Cricket: Quickfire ton from Tamim gives glimmer of hope to Bangladesh
Published 31/05/2010 | 05:00
The few thousand curious souls who turned up to Lord's yesterday were treated to one of the fastest Test hundreds made at the ground after Tamim Iqbal sought to counter the setback of his team following on with a frenzy of big shots.
The names may not roll off the tongue, but it was entertainment of the highest order. It has also given Bangladesh, who lead England by 105 runs with five wickets remaining, a chance of saving a match that had looked beyond salvation six hours earlier when they were made to bat again 223 runs behind.
To achieve what would be their seventh draw in 67 Tests, or a fourth win should the unthinkable happen to England's batting today, they will need to bat for at least 50 of the 98 overs scheduled, not impossible given that Junaid Siddique, on 66, and Shakib Al Hasan, are both capable of big scores.
Any escape will owe much to Tamim, though. Batsmen who tee off in Test cricket have become more common since the rise of Twenty20, but to sustain it all the way to three figures, as Tamim did, is rare. His 94-ball century, which included two sixes and 15 fours, certainly floored England's bowlers, their impotence re-igniting the debate whether four bowlers or five is the best way to win Test matches.
Only 21, Tamim is not one of those batsmen who will die wondering what might have been if only they'd been more positive. Some of his shots, especially the fresh air ones, were no more than crude slogs, but there were some, memorably the pull for four to bring up his 50, of which Brian Lara would have been proud.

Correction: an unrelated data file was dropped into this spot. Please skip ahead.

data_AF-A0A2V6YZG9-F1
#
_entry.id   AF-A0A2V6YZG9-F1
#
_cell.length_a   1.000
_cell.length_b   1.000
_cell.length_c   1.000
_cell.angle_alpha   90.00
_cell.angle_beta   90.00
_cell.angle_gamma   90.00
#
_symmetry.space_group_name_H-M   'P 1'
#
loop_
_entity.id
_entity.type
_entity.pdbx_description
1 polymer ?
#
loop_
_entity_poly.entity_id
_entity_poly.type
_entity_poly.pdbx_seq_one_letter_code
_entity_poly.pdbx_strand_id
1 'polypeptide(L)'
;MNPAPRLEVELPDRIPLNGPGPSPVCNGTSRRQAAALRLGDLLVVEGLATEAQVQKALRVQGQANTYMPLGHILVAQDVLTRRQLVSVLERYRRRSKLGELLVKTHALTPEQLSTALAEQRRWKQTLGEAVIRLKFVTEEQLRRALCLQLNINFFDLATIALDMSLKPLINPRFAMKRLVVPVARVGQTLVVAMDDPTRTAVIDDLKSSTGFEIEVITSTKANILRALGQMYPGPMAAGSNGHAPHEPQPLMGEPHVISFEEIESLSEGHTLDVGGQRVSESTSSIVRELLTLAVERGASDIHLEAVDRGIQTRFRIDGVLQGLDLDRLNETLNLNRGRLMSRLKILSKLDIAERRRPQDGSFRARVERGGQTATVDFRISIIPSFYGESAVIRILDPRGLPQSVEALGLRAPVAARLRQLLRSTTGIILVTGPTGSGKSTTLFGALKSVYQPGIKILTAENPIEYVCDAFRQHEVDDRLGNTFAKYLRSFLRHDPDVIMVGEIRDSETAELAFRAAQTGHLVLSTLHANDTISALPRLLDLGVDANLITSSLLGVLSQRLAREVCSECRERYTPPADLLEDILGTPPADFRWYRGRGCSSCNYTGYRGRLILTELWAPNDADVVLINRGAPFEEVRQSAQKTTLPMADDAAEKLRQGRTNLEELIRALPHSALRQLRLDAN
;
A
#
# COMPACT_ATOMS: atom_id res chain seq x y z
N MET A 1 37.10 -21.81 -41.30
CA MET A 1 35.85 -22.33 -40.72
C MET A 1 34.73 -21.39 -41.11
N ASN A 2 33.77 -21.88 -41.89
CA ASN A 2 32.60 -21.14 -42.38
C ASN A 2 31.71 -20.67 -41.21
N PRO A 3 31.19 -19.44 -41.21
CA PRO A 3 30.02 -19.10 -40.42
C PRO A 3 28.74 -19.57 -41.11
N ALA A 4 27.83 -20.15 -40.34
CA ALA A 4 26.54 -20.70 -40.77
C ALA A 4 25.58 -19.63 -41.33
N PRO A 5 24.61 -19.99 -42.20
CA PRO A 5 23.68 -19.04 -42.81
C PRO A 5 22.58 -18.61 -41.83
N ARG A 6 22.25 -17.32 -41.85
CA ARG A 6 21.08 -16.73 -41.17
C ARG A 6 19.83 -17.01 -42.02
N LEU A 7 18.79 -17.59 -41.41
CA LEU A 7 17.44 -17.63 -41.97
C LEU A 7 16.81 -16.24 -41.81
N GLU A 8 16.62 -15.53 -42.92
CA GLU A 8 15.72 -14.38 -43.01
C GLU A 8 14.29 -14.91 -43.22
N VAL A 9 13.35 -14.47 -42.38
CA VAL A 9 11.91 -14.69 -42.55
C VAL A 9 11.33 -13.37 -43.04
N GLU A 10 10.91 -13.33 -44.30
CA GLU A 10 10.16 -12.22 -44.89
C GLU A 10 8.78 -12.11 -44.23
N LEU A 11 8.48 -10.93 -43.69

Even when Imrul Kayes had words with him to calm down, after he had miscued a Tim Bresnan bouncer to reach his 90s, his riposte was to hit the bowler for four, two, four, the last one over mid-on to bring up his 100.
If balls faced is the criterion, only Mohammad Azharuddin has scored a quicker hundred at Lord's. He caressed 87 balls to reach the milestone in 1990. The onslaught certainly unnerved England's bowlers. The net result was that other batsmen benefitted, with Imrul making his highest Test score after a stand of 185 with Tamim.
These days, the follow-on is rarely enforced without consideration, but Andrew Strauss did not seem to hesitate long before informing Bangladesh to pad up again. It was the right decision, though whether four bowlers is the best way to take 20 wickets, now that pitches rarely deteriorate, is open to debate. (© Daily Telegraph, London)